Bayesing qualia

consciousness as inference, not raw datum

Andy Clark*, Karl Friston, Sam Wilkinson

*Corresponding author for this work

Research output: Contribution to journalArticle

6 Citations (Scopus)

Abstract

The meta problem of consciousness (Chalmers, 2018) is the problem of explaining the behaviours and verbal reports that we associate with the so-called 'hard problem of consciousness'. These may include reports of puzzlement, of the attractiveness of dualism, of explanatory gaps, and the like. We present and defend a solution to the meta-problem. Our solution takes as its starting point the emerging picture of the brain as a hierarchical inference engine. We show why such a device, operating under familiar forms of adaptive pressure, may come to represent some of its mid-level inferences as especially certain. These mid-level states confidently re-code raw sensory stimulation in ways that (they are able to realize) fall short of fully determining how properties and states of affairs are arranged in the distal world. This drives a wedge between experience and the world. Advanced agents then represent these mid-level inferences as irreducibly special, becoming increasingly puzzled as a result.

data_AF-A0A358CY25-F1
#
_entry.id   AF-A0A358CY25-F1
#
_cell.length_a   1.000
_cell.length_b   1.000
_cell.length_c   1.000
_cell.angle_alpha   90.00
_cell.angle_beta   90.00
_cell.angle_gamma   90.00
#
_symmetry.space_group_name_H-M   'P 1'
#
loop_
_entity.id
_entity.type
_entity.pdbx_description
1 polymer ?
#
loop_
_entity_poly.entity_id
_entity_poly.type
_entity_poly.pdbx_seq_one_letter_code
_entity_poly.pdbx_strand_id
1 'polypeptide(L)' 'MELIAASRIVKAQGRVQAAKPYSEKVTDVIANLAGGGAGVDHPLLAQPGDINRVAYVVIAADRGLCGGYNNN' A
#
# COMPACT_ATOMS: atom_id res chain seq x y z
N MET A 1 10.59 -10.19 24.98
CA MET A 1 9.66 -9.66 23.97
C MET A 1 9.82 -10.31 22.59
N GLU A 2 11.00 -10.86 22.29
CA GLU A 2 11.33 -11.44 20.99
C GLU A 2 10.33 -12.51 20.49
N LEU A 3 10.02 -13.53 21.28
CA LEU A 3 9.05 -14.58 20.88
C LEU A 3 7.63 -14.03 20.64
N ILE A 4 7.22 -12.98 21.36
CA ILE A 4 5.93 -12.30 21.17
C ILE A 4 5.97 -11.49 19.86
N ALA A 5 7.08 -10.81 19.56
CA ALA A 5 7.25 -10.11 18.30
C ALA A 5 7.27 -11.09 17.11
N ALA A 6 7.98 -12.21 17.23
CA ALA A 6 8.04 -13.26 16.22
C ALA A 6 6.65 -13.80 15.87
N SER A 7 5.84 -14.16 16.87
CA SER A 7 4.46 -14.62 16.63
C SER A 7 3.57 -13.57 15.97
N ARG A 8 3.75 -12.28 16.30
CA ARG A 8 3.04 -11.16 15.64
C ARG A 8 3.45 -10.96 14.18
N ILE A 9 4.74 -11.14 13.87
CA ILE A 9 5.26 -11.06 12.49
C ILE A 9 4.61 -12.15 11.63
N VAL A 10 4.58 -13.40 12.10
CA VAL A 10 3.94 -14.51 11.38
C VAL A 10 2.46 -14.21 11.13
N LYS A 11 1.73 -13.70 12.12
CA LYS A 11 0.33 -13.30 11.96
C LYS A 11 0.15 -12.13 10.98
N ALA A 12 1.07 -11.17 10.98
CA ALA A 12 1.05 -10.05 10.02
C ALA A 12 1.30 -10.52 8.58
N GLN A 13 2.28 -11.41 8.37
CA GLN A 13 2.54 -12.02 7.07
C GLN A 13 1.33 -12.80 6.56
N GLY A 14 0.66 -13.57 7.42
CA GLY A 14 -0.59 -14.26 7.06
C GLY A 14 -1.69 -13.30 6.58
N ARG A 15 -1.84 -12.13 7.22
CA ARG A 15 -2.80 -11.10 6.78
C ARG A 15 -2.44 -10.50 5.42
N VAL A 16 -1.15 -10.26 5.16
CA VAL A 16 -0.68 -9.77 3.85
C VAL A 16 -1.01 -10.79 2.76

Original languageEnglish
Pages (from-to)19-33
Number of pages15
JournalJournal of Consciousness Studies: controversies in science and the humanities
Volume26
Issue number9-10
Publication statusPublished - 2019

Keywords

  • emotion

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